• [0005]
    Flexible polyurethane foam is the result of two reactions from three primary reactants, commonly a polyol, a multi-functional isocyanate, and a foaming agent, also called a blowing agent. The most common blowing agents are water and, typically, reaction products from the reaction of the isocyanate and water. The polyol and diisocyanate react to form urethane linkages, while the water and diisocyanate react to form urea and carbon dioxide (CO2). This combination of soft and hard segments form a polymer matrix that is expanded by the gaseous components. In water blown foams, CO2 is considered the primary blowing agent, while MeCl2 or any other physical blowing agent is considered an auxiliary blowing agent.
  • [0006]
    Auxiliary blowing agents are important for foam producers because they enable softer and lower density grades of foam that permit a wider product offering. The shift to these higher-water formulations and away from conventional blowing agents has placed many additional demands on flexible slabstock foam production. Producing these products without auxiliary blowing agents necessitates pushing the formulation chemistry to enhance the production of CO2. The use of higher amounts of water typically results in increased foam exotherms leading to increased foam discoloration, scorching problems and potential for fire. Also, an increased urea content is common in higher water systems, which results in higher hardness values.
  • [0007]
    This often results in foams with poor physical properties or unsafe exotherm values. A dramatic decrease in foam quality as evidenced by key physical properties of the foam such as compression sets, tensile strengths, tear strengths, and elongation values are also common in most conventional higher water systems.
  • [0008]
    Experiments with water-blown polyurethane (PU) foams that incorporate the plasticizers described in U.S. Pat. No. 5,624,968, the disclosure of which is incorporated by reference, showed some challenges exist for the product. Low densities can be reached with a combination of plasticizer and high water, but there is increased danger of fire as the level of water increases. One solution, besides adding methylene chloride to cool the foam and/or to replace some of the water, is to make low isocyanate index foams (meaning a foam having less than the stochiometric amount of isocyanate groups needed to react with all of the hydroxyl groups and water molecules present in the formulation). Low isocyanate index foams limit the potential for excess isocyanate groups to remain after the exothermic blowing and gelling reactions. These excess groups would otherwise react with atmospheric water vapor, extending the heat history of the foam. Also, the reaction of isocyanate with urethane and urea to form allophonates and biurets, respectively, contribute to the exotherm. In addition to the benefit of the reduction of fire danger, low isocyanate index foams allow lower firmness. Primarily, this is due to a decline in the amount of the hard polyurea segments produced since not all of the isocyanate reactive compounds, such as the water molecules in the formulation, will find isocyanate groups.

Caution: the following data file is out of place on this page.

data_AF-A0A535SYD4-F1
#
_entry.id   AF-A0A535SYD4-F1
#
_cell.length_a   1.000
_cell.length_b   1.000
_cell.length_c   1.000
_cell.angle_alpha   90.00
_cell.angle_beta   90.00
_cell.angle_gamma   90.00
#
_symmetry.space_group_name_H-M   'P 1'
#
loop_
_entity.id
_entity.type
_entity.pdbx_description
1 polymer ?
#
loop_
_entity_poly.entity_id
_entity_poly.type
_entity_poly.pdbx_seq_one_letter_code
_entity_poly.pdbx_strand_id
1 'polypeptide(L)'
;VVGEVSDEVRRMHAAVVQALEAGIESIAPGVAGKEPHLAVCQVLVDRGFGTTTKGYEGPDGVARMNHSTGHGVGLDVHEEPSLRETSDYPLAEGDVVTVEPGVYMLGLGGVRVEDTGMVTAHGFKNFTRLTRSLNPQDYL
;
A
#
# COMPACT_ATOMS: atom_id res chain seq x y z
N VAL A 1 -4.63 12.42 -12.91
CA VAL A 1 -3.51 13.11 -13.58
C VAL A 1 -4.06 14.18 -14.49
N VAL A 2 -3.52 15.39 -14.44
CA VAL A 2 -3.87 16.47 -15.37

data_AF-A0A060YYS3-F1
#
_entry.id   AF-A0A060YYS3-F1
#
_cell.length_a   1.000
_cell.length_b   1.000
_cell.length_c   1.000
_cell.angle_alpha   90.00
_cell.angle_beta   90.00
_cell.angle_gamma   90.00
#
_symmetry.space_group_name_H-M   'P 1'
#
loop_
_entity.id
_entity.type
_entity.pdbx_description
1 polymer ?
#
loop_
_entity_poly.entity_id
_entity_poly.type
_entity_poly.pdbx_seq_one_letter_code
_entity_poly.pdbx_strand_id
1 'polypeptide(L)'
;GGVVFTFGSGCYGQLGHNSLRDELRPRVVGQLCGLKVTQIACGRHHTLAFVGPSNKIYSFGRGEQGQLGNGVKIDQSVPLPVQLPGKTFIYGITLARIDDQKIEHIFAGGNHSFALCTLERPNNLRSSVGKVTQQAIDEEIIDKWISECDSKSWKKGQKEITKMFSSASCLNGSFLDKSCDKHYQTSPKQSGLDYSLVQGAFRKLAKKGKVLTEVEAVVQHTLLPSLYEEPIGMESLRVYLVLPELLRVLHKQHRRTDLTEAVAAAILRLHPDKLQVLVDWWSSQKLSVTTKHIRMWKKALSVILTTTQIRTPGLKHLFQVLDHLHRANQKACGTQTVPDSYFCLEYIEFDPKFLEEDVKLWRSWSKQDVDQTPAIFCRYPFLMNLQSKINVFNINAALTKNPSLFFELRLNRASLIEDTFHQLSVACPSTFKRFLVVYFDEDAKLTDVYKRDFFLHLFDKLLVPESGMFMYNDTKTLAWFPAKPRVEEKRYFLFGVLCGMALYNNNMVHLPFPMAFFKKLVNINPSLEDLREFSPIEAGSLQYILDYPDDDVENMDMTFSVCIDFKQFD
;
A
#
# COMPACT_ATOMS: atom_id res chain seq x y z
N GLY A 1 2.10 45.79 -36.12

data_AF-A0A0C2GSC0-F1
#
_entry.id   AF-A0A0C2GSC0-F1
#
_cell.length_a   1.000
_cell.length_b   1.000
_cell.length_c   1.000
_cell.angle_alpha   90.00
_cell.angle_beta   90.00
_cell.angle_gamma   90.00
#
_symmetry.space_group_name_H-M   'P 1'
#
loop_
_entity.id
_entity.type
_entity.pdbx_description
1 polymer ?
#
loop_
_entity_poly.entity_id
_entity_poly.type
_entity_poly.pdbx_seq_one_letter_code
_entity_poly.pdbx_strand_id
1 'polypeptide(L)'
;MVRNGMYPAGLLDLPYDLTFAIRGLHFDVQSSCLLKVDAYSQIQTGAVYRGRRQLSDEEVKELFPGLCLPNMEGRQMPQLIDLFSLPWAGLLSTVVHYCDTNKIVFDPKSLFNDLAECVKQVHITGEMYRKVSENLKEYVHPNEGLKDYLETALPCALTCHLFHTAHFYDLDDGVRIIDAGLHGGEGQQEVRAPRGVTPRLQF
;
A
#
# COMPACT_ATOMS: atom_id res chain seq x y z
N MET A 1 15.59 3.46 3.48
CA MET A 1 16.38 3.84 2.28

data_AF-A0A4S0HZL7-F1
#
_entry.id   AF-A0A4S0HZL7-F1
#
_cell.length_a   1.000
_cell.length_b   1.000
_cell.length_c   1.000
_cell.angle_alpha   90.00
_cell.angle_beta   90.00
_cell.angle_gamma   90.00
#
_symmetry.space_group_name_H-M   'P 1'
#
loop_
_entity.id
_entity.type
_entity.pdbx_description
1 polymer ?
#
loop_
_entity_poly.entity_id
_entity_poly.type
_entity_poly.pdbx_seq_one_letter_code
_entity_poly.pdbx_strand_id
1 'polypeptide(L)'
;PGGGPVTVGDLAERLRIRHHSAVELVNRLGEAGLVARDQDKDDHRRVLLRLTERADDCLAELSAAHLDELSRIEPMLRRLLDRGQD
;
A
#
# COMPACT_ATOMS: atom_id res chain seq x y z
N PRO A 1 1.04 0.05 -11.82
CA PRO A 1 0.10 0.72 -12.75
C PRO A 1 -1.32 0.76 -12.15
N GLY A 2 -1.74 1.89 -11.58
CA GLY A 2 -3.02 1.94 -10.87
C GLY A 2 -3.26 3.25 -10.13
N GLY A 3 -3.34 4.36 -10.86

• [0009]
    Unfortunately, however, it is the nature of low isocyanate index foams, whether or not they contain plasticizer, to have low integrity. Without intending to be bound to theory, an explanation is that not all of the hydroxyl groups on the polyol find isocyanate groups with which to bond. Allophanates and biurets increase PU foam integrity by increasing the crosslinked polymer matrix of the foam. Often during processing, foam with low indices (the isocyanate index, or index) has lower green strength that increases the likelihood of encountering splits, which are sizable openings within the foam. These foams frequently also have poor tear strength and tensile stress even after full cure.
  • [0010]
    The problems associated with low index foams limit the range of foam grades that can be made successfully with plasticizer alone. Low density and/or low firmness foams in all-water or reduced-methylene chloride formulations are nearly impossible to make due to integrity problems and processing difficulties.
  • [0011]
    One of the primary chemical solutions to have evolved to date is the use of low index formulation technologies, such as described in U.S. Pat. No. 4,950,694, which provides lower exotherms and lower hardness or indentation force deflection values relative to conventional index, all-water-based systems. With such low index systems, lower load foam grades can be produced without the environmentally harmful conventional and auxiliary blowing agents. These foams, however, have unacceptable commercial characteristics including poor tear strength, splitting, poor recovery properties, and poor hand.